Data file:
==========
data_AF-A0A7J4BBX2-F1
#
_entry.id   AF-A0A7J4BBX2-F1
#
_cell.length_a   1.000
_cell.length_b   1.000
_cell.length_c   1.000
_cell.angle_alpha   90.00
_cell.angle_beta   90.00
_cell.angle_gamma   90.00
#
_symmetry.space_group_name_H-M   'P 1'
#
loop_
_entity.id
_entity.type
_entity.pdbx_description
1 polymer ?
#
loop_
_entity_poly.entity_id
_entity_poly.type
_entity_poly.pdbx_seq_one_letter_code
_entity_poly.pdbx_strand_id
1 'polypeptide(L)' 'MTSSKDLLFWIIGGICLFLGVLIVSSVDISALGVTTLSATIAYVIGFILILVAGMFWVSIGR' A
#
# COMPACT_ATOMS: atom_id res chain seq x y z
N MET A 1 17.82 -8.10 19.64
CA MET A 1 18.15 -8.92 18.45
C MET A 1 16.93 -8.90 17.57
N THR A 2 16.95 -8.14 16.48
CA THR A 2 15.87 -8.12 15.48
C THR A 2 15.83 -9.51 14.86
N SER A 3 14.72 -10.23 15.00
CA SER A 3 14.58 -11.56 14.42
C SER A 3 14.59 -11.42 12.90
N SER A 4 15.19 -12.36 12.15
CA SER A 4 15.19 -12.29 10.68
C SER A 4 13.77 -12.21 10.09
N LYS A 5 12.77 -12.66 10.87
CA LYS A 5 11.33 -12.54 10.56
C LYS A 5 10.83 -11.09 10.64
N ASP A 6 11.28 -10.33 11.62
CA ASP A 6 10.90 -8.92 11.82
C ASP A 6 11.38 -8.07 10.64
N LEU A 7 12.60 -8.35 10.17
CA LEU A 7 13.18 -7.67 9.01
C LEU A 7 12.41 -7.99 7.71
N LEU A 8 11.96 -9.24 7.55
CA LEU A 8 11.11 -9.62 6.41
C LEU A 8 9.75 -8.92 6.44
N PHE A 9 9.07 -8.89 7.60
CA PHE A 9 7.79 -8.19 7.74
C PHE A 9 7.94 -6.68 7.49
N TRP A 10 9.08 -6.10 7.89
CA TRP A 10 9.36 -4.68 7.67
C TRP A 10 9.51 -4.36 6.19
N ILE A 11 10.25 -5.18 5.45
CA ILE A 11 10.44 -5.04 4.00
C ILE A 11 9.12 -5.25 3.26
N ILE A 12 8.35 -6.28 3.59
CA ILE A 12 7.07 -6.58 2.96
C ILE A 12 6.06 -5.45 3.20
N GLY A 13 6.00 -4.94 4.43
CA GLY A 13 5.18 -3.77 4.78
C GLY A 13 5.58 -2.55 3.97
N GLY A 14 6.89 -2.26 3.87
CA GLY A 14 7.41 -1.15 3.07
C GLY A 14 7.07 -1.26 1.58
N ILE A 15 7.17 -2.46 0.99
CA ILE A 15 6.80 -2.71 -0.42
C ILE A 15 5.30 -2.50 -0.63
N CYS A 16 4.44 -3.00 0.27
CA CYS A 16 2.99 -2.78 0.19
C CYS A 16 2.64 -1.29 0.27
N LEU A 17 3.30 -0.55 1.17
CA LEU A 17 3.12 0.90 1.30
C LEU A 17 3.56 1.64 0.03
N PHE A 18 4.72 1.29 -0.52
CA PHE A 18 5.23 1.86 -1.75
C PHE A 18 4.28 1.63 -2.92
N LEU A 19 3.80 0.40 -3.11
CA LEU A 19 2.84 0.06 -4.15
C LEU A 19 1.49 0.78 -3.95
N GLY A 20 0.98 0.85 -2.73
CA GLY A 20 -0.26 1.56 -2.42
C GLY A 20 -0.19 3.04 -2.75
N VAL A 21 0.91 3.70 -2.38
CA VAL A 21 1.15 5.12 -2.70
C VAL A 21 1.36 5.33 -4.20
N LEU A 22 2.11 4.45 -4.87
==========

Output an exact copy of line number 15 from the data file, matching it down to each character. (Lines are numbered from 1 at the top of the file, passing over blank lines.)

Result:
_entity.id